In praise of price gouging

John Stossel

9/7/2005 12:00:00 AM - John Stossel

Politicians and the media are furious about price increases in the wake of Hurricane Katrina. They want gas stations and water sellers punished.

 If you want to score points cracking down on mean, greedy profiteers, pushing anti-"gouging" rules is a very good thing.

 But if you're one of the people the law "protects" from "price gouging," you won't fare as well.

 Consider this scenario: You are thirsty -- worried that your baby is going to become dehydrated. You find a store that's open, and the storeowner thinks it's immoral to take advantage of your distress, so he won't charge you a dime more than he charged last week. But you can't buy water from him. It's sold out.

 You continue on your quest, and finally find that dreaded monster, the price gouger. He offers a bottle of water that cost $1 last week at an "outrageous" price -- say $20. You pay it to survive the disaster.

 You resent the price gouger. But if he hadn't demanded $20, he'd have been out of water. It was the price gouger's "exploitation" that saved your child.

 It saved her because people look out for their own interests. Before you got to the water seller, other people did. At $1 a bottle, they stocked up. At $20 a bottle, they bought more cautiously. By charging $20, the price gouger makes sure his water goes to those who really need it.

 The people the softheaded politicians think are cruelest are doing the most to help. Assuming the demand for bottled water was going to go up, they bought a lot of it, planning to resell it at a steep profit. If they hadn't done that, that water would not have been available for the people who need it the most.

 Might the water have been provided by volunteers? Certainly some people help others out of benevolence. But we can't count on benevolence. As Adam Smith wrote, "It is not from the benevolence of the butcher, the brewer or the baker, that we can expect our dinner, but from their regard to their own interest."

 Consider the storeowner's perspective: If he's not going to make a big profit, why open up the store at all? Staying in a disaster area is dangerous and means giving up the opportunity to be with family in order to take care of the needs of strangers. Why take the risk?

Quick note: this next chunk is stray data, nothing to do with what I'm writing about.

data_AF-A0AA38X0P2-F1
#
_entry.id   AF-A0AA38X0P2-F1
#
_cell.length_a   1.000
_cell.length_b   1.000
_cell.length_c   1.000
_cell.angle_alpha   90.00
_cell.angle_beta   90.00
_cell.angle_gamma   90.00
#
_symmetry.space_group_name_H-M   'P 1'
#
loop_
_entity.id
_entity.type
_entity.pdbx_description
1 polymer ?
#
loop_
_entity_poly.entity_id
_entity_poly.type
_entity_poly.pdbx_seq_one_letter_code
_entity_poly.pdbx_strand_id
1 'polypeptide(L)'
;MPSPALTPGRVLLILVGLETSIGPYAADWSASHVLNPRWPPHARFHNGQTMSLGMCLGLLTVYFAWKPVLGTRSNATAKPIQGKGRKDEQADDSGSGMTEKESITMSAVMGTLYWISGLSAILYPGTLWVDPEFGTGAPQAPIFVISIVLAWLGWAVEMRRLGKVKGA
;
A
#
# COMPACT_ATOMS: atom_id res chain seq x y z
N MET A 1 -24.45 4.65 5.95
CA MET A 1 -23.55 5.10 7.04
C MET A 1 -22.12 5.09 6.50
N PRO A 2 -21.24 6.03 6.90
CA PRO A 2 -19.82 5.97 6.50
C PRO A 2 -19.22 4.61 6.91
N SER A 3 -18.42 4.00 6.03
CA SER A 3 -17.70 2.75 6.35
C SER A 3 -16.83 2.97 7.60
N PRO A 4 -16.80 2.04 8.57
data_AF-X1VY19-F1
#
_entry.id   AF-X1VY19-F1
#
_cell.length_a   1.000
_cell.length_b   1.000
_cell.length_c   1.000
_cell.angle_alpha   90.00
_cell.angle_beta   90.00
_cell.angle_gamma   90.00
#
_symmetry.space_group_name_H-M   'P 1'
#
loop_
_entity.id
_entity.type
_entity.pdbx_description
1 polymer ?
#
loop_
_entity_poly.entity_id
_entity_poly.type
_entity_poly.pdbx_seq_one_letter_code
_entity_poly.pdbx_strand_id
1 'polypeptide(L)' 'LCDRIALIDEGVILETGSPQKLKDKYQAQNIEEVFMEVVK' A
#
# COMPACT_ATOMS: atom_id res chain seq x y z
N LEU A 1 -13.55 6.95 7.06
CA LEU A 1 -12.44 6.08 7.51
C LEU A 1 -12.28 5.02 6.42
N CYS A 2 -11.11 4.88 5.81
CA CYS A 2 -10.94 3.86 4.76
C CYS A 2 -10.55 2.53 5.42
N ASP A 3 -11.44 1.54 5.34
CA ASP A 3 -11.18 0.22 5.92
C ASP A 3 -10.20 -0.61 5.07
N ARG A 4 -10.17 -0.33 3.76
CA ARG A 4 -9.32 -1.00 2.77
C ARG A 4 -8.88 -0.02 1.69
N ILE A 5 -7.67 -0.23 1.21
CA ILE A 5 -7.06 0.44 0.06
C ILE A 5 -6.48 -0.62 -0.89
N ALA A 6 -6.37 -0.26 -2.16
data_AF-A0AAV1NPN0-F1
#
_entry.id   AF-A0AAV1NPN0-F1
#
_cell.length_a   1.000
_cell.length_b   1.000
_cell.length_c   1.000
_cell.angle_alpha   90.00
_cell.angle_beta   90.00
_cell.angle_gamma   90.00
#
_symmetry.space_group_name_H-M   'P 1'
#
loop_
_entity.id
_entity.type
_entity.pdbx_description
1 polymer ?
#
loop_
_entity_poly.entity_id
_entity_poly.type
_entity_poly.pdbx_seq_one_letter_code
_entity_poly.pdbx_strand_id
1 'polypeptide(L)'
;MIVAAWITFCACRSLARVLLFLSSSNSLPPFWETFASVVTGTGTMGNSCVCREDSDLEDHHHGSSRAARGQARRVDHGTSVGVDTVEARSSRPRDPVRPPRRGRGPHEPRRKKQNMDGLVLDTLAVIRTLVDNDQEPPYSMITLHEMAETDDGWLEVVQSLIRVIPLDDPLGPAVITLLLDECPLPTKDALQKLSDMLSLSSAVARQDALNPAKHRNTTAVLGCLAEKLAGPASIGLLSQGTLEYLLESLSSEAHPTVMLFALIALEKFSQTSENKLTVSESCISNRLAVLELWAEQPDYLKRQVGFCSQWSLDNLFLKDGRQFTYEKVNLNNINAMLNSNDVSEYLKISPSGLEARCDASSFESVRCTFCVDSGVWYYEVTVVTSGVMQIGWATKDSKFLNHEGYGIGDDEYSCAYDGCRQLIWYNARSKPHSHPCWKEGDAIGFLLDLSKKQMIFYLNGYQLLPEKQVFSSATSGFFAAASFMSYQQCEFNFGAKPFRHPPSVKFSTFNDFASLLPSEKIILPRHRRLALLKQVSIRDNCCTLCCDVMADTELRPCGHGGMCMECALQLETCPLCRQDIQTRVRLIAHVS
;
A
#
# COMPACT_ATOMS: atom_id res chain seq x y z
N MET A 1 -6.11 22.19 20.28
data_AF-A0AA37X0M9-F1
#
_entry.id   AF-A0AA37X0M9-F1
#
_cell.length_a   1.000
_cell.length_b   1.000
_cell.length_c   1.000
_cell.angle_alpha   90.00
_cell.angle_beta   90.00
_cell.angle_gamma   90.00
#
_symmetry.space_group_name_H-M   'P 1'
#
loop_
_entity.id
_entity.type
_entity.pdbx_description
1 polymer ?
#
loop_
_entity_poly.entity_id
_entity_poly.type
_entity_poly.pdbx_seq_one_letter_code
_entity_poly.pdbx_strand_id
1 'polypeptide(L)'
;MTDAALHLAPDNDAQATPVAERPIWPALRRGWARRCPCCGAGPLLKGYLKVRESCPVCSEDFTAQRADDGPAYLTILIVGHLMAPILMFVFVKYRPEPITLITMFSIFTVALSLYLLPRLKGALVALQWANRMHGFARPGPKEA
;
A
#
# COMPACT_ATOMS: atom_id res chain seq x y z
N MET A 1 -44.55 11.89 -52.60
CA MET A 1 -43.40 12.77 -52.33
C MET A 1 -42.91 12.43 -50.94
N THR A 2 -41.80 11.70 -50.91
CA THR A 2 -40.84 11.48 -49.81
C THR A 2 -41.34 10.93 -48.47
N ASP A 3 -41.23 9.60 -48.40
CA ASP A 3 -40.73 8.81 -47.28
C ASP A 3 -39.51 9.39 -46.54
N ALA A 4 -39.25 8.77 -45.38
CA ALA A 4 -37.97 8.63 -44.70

Any number of services -- roofing, for example, carpentry, or tree removal -- are in overwhelming demand after a disaster. When the time comes to rebuild New Orleans, it's safe to predict a shortage of local carpenters: The city's own population of carpenters won't be enough.

 If this were a totalitarian country, the government might just order a bunch of tradesmen to go to New Orleans. But in a free society, those tradesmen must be persuaded to leave their homes and families, leave their employers and customers, and drive from say, Wisconsin, to take work in New Orleans. If they can't make more money in Louisiana than Wisconsin, why would they make the trip?

 Some may be motivated by a desire to be heroic, but we can't expect enough heroes to fill the need, week after week; most will travel there for the same reason most Americans go to work: to make money. Any tradesman who treks to a disaster area must get higher pay than he would get in his hometown, or he won't do the trek. Limit him to what his New Orleans colleagues charged before the storm, and even a would-be hero may say, "the heck with it."

 If he charges enough to justify his venture, he's likely to be condemned morally or legally by the very people he's trying to help. But they just don't understand basic economics. Force prices down, and you keep suppliers out. Let the market work, suppliers come -- and competition brings prices as low as the challenges of the disaster allow. Goods that were in short supply become available, even to the poor.

 It's the price "gougers" who bring the water, ship the gasoline, fix the roof, and rebuild the cities. The price "gougers" save lives.